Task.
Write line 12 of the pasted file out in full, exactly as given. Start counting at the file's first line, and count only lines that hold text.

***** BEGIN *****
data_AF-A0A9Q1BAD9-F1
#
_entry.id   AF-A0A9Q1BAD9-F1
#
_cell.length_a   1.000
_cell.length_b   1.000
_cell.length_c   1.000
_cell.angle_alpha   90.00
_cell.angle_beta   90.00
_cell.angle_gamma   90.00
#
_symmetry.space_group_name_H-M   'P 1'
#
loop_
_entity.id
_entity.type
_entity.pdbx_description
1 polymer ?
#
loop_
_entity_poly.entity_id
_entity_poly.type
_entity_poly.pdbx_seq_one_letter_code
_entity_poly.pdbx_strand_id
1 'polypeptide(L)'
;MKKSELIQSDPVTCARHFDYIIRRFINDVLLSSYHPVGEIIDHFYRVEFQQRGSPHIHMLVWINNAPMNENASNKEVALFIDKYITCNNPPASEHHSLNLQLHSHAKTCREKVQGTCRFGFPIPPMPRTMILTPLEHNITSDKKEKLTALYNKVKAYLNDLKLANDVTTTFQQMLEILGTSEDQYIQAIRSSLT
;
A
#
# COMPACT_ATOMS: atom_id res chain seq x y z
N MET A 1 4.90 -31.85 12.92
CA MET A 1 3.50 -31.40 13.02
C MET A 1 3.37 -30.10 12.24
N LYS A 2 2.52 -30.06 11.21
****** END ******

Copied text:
_symmetry.space_group_name_H-M   'P 1'